The Story of C.R.E.A.T.E.

Wednesday, January 20, 2016

Cubbies Part 2: From Need to Knowledge

A while back, I mentioned a need for storage in CREATE (You Can't Be Too Rich, Too Thin or Have Enough Storage) and the plan for the students to build it.

The Mental Hurdle

Even though some of them have lived in a three-dimensional world for more than a decade, most elementary students don't understand the depth element of drawn plans. The implied Z axis is not instinctive. They understood that our cubby units would be 70 inches high and 42 inches wide, but they didn't understand that the plans sunk down into the paper 25 inches.
The plans.
Rather than blow $300 in lumber and hardware, I had the students start with a scale-model prototype in cardboard. To shrink it down, we converted the inches to centimeters and divided that in half. That gave us a manageable 35cm-high model. (It also created a math challenge.)

Some of the teams still weren't getting the Z axis, so I built a small section of it in Tinkercad and printed-out the parts from our 3-D printer. That way, they could see and feel the way the parts looked and fit together.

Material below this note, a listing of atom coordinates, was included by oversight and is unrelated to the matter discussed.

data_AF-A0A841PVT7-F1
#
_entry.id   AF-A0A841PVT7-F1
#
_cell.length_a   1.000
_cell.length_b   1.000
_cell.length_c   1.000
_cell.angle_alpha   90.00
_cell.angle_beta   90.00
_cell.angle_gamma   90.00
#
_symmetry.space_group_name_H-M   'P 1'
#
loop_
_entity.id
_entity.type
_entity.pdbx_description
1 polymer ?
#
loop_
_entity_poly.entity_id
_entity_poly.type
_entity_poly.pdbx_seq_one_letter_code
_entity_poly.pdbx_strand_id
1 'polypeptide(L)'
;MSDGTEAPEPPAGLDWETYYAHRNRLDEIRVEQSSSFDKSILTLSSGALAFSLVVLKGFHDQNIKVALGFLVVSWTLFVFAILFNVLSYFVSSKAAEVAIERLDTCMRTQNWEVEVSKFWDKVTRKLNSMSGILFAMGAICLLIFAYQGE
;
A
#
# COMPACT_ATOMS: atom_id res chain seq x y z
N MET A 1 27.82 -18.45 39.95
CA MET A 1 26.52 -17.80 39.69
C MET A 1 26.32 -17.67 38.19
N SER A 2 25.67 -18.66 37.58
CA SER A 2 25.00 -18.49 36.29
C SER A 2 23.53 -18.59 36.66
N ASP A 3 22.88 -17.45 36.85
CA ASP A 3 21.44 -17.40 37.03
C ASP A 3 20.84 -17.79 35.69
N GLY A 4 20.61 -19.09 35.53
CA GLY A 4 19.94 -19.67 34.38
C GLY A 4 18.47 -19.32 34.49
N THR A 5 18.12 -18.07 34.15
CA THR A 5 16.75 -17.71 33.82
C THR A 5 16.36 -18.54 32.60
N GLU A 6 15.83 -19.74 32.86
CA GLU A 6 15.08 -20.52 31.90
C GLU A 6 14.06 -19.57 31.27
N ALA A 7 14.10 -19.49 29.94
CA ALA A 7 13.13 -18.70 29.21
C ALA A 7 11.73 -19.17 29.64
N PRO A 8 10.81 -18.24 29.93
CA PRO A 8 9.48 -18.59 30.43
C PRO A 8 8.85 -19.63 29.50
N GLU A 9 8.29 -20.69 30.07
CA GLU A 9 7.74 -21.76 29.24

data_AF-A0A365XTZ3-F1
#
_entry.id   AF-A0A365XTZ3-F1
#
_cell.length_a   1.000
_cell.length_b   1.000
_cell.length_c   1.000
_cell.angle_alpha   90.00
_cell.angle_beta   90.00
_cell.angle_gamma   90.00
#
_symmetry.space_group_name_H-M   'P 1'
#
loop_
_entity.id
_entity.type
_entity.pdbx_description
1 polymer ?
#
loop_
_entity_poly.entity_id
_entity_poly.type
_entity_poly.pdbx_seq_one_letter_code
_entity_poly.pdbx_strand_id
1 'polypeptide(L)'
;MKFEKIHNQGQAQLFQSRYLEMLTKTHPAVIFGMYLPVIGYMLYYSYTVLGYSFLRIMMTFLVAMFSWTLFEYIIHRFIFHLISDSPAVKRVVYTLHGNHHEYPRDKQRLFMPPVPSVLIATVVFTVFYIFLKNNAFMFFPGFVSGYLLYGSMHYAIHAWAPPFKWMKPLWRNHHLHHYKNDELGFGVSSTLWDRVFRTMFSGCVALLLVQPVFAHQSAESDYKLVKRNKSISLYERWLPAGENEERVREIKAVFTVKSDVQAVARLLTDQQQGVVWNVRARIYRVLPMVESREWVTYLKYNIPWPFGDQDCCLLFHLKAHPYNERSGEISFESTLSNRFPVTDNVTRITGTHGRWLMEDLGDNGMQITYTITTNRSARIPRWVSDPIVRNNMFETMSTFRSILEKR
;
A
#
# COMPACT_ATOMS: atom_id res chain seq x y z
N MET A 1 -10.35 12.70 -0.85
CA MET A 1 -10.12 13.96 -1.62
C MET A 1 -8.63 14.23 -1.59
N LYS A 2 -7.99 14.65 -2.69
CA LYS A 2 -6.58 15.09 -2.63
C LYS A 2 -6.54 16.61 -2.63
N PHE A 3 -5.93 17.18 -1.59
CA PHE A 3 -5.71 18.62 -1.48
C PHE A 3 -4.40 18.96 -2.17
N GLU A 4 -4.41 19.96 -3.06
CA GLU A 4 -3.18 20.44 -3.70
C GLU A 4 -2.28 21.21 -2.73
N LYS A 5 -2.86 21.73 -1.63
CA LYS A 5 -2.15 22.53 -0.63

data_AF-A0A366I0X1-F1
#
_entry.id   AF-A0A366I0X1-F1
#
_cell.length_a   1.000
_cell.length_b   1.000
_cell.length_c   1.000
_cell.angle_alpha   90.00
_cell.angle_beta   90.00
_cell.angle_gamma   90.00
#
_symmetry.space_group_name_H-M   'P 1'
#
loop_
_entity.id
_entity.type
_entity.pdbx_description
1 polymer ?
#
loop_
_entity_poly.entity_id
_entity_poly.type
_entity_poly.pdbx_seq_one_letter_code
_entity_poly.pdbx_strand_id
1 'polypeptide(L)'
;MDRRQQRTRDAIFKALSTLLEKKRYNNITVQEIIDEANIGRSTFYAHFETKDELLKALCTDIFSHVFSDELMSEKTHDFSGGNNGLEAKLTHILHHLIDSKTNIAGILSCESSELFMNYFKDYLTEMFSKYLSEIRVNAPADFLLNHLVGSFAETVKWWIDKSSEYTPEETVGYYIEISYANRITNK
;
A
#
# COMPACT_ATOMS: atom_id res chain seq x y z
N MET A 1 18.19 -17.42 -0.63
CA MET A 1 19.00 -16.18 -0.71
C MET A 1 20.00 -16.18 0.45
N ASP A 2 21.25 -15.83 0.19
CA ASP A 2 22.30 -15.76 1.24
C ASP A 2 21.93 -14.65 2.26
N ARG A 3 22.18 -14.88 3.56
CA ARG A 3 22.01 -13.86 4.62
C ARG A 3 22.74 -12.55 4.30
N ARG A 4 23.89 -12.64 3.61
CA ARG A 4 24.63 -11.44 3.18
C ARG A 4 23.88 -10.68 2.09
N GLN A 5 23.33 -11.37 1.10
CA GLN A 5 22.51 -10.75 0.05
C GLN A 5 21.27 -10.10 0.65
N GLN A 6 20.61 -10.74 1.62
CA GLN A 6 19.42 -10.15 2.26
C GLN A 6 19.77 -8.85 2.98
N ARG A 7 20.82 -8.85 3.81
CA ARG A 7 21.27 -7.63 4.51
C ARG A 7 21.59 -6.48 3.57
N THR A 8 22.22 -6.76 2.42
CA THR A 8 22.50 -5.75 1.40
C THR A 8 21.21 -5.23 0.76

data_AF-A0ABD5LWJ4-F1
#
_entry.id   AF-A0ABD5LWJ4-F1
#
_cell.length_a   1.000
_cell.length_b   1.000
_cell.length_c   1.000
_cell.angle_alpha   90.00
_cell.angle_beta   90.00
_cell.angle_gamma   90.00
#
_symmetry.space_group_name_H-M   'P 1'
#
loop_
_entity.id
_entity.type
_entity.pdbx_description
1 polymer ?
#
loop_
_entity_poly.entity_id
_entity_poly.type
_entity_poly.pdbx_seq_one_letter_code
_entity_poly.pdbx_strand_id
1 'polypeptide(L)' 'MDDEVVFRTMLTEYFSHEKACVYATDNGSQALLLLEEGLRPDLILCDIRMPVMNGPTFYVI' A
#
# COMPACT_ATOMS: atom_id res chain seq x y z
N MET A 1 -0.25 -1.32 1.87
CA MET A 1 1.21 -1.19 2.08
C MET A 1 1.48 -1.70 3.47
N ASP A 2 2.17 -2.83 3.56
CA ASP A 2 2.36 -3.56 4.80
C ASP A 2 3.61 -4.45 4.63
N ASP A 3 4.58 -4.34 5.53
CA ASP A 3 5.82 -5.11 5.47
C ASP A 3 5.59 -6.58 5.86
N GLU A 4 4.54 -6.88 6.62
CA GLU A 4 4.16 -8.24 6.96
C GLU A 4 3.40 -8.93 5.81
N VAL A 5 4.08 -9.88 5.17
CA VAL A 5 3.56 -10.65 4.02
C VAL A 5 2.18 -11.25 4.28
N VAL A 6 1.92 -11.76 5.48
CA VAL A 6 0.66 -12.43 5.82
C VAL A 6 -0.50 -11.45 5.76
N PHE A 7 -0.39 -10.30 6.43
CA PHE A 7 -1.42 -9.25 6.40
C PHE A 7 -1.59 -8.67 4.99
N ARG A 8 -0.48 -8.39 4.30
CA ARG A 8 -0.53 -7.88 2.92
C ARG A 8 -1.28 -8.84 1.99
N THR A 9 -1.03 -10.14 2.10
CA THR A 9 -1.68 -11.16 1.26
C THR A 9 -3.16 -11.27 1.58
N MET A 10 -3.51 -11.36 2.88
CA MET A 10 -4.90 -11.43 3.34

3-D Z-axis mental aid.

Because the first model was just a rough guide of a portion of it, I also printed a 21-piece 6% scale model as an assembly guide. As much as I believe in the Maker ethos, we had to make all of our mistakes in cardboard.






Basic drafting, measurement unit, cardboard construction technique and practical arithmetic levels: Achieved!

Yeah, but you've still gotta pay for it

By virtue of a check from our Home and School Club and the transport help of our pick-up truck-owning 5th-grade teacher, the raw materials were in-house.

The lumber arrives.
Next up: Practicing technique with the real stuff. We still had some 3/4 and 1/2-inch MDF left over from the workbench construction, so we'll use that to practice router techniques, measuring and cutting and the "screw and glue" construction method.





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